Although we agree that claims might properly be brought under the APA in this case to challenge the FDA's failure to issue the ANDA,8 we do not agree that Andrx has filed such a claim under the APA. Although Andrx's amended complaint alleged that the court had jurisdiction, inter alia, "pursuant to ... 5 U.S.C. §§ 702-706," the complaint did not allege that any of the claims arose under the APA or that the FDA had acted arbitrarily, capriciously, or not in accordance with law in denying approval of the ANDA. Moreover, the district court found that Andrx's "Amended Complaint does not list a specific count alleging any wrongdoing by the Federal Defendants," Andrx, at 1366, and therefore dismissed the federal defendants from this action. That dismissal is not challenged on this appeal. An APA claim can hardly lie when the government is no longer a party to the action.


For the foregoing reasons, we vacate the decision of the district court and remand for further proceedings. This action is without prejudice to (1) any future order of the district court, not inconsistent with this opinion, shortening the thirty-month period pursuant to 21 U.S.C. § 355(j)(5)(B)(iii) on the ground that the parties are not complying with the statutory requirement to "reasonably cooperate in expediting the action"; (2) any effort by Andrx to amend its complaint to state a proper claim against the FDA under the Administrative Procedure Act for the FDA's refusal to issue the ANDA. We dismiss as moot Biovail's request for a stay of the district court's order.



No costs.


1. For ease of reference, both Biovail Corporation and Biovail Laboratories, Inc. are referred to as Biovail.
2. In September 2000 Andrx had received tentative approval of its ANDA from the FDA, pending expiration of the statutory stay period.
3. Andrx appealed the dismissal of its claims which sought an injunction to require delisting of the '463 patent from the Orange Book. That appeal was docketed in this court on October 18, 2001, but was stayed pending resolution of this appeal on November 21, 2001. Andrx Pharms., Inc. v. Biovail Corp., No. 02-1065, slip op. at 2 (Fed.Cir. Nov. 21, 2001) (unpublished order).
4. To be sure, Biovail's efforts to secure approval for the marketing of the new formulation of its drug product may affect the FDA's interpretation of what is covered by the NDA, but it is the scope of the NDA that is pertinent to Orange Book listing, not the formulation of the drug product being sold.
5. The FDA's current regulations require listing of every patent that "claims a drug (the drug product or drug substance that is a component of the drug product) on which investigations that are relied upon by the applicant for approval of its application were conducted...." 21 C.F.R. § 314.50(i)(1)(i)(A) (2001) (emphasis added). This rule was made final in November 1994 and represented a change from prior FDA regulations. The old regulations tracked the statutory language of 21 U.S.C. § 355(b)(1) which requires listing of any patent that "claims the drug for which the [NDA] applicant submitted [an] application. ..." According to at least one district court, prior to making the new rule final in 1994, "the FDA interpret[ed] the term `drug' as used in § 355(b)(1) ... to mean the `drug product' for which the NDA was filed, arguing that although an NDA must include information on the active ingredient or `drug substance' involved, an approved NDA covers only a specified drug product...." Pfizer, Inc. v. FDA, 753 F.Supp. 171, 174 (D.Md.1989) (upholding the FDA's decision not to list a patent which claimed the active ingredient of the approved drug product but did not claim the approved drug product because such an interpretation of the statute was reasonable). Thus, the new 1994 rule represented a change in FDA procedures concerning what patents must be listed in the Orange Book. The FDA's current, more liberal construction of the statute, of course, leads to more patents' being listed in the Orange Book. This change in FDA procedure and its effect on patent listings in the Orange Book has been noted by at least two district courts. See Ben Venue Labs., Inc. v. Novartis Pharm. Corp., 10 F.Supp.2d 446, 455-57, 49 USPQ2d 1920, 1927 (D.N.J.1998) (noting change in the regulation and, after distinguishing Pfizer, upholding FDA's decision to list a patent claiming a drug substance because the "FDA's construction of the statute to require listing of certain drug substance patents as well as drug product patents is a permissible reading of the statute"); Watson Pharms., Inc. v. Henney, Civ. No. S00-3516, 2001 U.S. Dist. LEXIS 2477 (D.Md. Jan. 18, 2001) (distinguishing Pfizer because it was decided before the current FDA regulations were made final and rejecting ANDA holder's protest, brought under the APA, of FDA's listing of a drug substance patent in the Orange Book). The district court's decision in Watson is separately pending on appeal in this court. That appeal was docketed for appeal by this court on April 10, 2001. That appeal was stayed, however, pending final resolution of the Mylan appeal. Watson, No. 01-1285, slip op. at 2 (Fed. Cir. June 26, 2001) (unpublished order).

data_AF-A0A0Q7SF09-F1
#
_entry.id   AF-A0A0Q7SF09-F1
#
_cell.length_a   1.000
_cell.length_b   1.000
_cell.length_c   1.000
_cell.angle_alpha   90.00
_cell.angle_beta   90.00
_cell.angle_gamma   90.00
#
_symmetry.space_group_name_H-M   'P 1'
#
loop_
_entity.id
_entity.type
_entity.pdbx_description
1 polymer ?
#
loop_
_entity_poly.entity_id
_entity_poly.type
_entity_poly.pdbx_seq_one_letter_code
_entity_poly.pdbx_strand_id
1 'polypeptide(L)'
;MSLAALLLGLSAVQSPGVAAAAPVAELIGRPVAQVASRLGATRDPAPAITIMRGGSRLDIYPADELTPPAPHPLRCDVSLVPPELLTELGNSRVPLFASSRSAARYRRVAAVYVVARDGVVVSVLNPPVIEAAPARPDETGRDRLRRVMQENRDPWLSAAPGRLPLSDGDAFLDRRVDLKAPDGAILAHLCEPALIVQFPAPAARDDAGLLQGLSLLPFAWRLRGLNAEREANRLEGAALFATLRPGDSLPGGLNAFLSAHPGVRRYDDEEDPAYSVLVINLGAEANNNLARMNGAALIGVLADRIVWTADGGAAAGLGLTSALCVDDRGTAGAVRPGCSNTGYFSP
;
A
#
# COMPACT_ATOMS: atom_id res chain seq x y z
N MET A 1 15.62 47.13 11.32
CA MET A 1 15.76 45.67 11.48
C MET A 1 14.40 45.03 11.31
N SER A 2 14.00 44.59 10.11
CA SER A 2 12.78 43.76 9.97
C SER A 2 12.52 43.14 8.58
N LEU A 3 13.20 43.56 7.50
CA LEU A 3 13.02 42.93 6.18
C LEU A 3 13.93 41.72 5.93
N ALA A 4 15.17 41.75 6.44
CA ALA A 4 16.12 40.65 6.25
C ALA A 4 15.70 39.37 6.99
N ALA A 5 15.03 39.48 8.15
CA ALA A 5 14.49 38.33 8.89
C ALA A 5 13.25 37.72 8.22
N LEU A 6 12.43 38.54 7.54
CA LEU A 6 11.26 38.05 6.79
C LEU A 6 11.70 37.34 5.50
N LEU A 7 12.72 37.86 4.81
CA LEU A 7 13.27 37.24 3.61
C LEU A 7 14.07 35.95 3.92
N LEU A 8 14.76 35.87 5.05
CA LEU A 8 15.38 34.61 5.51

6. One commentator has noted that "Orange Book listing elevates every patent as a potential source of delay to generic competition," because listing gives "the patentee/NDA holder almost automatic injunctive relief for even marginal infringement claims." Terry G. Mahn, Patenting Drug Products: Anticipating Hatch-Waxman Issues During the Claims Drafting Process, 54 Food Drug L.J. 245, 250 (1999). The commentator recognizes that the effect of the FDA's policy not to decide the merits of a protestor's challenge to the listing of a patent and to continue to list the patent if the NDA holder does not voluntarily remove it is to encourage NDA holders to "evergreen their drug patents" by filing a series of applications for different patents covering the same basic drug and thereby delay issuance of an ANDA indefinitely. Id. The commentator then suggests patent claim drafting techniques to best achieve such evergreening and to maximize the number of Orange Book listings. Id. at 251.
7. Of course, the government denies that the FDA here acted in any way contrary to law.
8. We, of course, express no opinion here as to whether the FDA's action in refusing to inquire into the correctness of a listing, which then caused the FDA to stay the approval of an ANDA, might represent action that is arbitrary, capricious or not in accordance with law.